Guns kill people
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More guns corresponds to more death
Among developed nations, the US is by and large the most homicidal — in large part due to the easy access many Americans have to firearms. When more guns are available to civilians, there is more death.
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A country with fewer guns available to citizens will have fewer deaths. Statistically, it is unlikely for a country with fewer semi-automatics available to their civilians to have more cases of gun violence and mass shootings in comparison to countries with strict gun control laws. In 1994, there was a US federal ban on assault weapons that went into effect through 2004. As a result, September 1994 to 2004 was associated with a 25 percent drop in gun massacres and a 40 percent drop in fatalities. Reducing the number of semiautomatic firearms that are designed for rapid fire and large-scale destruction of life, reduces the number of gun violence incidents and related deaths. If all guns were effectively banned and taken away from citizens, there would be no more gun-related deaths.
Guns don't kill people, because gun control does not work to stop death. More guns do not always correlate to more death. There are plenty of countries that have strict gun control laws and have relatively fewer guns in the hands of civilians. And yet, these countries still see gun violence to an equivalent extent as before their gun control laws or as equal to nations without struct gun control laws. For instance, the claim that Australia's gun laws reduced gun homicides and violence is not entirely true. Australia's gun confiscation is not the only explanation for falling homicide rates because firearm-related suicides had been declining in Australia for nearly ten years before the 1996 restrictions were introduced. Banning guns is not the most effective means of stopping gun violence and related deaths. Bad guys who are looking to cause harm will always find a way to get their hands on guns. For instance, America is home to hundreds of millions of guns. Regardless of gun control laws, criminals, the mentally ill, and terrorists manage to obtain firearms. They always have been and they will always be able to. To believe otherwise is dangerously naive because doing so means the real problem will never be addressed, which is the people who pull the trigger.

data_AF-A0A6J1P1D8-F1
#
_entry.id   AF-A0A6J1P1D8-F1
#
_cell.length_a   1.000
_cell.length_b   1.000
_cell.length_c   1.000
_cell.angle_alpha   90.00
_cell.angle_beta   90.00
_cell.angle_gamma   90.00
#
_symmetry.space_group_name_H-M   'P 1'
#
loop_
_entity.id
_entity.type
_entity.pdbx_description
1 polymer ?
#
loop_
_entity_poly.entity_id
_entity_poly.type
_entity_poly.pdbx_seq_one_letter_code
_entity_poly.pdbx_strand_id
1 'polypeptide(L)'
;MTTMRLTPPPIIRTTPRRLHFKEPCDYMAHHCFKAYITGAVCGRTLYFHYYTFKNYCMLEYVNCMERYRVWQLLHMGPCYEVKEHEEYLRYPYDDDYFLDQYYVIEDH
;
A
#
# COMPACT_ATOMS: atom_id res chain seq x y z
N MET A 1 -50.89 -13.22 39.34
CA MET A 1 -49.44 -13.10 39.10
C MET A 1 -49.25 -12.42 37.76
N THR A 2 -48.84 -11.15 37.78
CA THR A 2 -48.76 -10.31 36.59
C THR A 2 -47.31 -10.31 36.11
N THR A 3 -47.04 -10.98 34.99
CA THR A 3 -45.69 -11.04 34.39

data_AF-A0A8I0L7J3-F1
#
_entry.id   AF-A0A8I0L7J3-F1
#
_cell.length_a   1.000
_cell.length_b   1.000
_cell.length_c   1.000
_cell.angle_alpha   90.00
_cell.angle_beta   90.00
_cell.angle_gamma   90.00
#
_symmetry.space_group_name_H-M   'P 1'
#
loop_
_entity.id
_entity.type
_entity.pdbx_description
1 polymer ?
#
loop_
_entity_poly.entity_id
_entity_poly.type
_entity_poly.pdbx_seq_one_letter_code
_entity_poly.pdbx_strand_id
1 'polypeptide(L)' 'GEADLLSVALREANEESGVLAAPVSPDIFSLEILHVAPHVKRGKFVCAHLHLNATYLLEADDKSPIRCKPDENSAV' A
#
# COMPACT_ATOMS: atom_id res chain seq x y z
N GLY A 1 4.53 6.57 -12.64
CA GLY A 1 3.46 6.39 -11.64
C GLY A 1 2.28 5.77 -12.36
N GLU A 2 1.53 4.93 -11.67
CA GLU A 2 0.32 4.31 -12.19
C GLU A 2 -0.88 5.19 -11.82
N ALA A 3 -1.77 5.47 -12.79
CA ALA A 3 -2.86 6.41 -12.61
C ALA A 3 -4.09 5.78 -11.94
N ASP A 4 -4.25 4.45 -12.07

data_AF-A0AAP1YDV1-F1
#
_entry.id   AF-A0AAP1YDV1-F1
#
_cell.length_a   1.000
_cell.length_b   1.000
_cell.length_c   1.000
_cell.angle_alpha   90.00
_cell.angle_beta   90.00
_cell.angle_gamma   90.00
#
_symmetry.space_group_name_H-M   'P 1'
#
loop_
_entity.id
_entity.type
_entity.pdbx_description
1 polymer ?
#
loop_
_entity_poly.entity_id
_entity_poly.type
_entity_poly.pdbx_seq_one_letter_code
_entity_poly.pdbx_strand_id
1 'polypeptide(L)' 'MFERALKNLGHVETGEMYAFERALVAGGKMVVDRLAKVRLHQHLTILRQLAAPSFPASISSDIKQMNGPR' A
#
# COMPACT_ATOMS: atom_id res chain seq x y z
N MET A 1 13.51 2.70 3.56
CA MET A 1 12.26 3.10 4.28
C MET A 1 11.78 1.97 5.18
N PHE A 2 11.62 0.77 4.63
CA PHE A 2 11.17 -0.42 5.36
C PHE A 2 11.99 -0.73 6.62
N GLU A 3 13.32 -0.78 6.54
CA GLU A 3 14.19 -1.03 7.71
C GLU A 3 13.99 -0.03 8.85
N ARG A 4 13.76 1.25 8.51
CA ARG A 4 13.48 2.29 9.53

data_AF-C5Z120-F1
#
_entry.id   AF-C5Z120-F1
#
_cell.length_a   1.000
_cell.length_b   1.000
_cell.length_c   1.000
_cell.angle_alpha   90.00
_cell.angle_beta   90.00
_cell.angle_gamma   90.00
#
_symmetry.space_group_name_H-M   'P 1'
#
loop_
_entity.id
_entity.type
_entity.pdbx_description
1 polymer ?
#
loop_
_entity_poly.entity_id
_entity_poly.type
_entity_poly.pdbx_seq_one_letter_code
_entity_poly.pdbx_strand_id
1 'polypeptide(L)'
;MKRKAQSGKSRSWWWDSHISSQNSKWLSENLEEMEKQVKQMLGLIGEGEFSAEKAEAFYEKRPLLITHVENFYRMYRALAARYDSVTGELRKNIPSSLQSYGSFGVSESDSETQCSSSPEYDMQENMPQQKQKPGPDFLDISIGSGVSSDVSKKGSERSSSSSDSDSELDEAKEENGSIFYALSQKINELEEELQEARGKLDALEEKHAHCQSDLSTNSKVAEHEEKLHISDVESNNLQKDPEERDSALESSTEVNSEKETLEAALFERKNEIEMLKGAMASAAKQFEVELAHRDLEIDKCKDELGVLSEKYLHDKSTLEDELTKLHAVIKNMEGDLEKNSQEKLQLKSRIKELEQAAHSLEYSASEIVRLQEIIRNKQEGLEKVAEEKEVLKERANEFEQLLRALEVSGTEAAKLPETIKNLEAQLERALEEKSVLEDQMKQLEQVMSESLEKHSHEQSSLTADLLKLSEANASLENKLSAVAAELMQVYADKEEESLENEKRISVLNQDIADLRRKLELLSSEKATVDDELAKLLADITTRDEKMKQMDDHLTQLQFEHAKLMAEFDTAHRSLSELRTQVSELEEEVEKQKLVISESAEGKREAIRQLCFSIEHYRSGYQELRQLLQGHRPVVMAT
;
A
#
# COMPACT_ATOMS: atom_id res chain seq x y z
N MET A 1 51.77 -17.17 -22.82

Rejecting the premises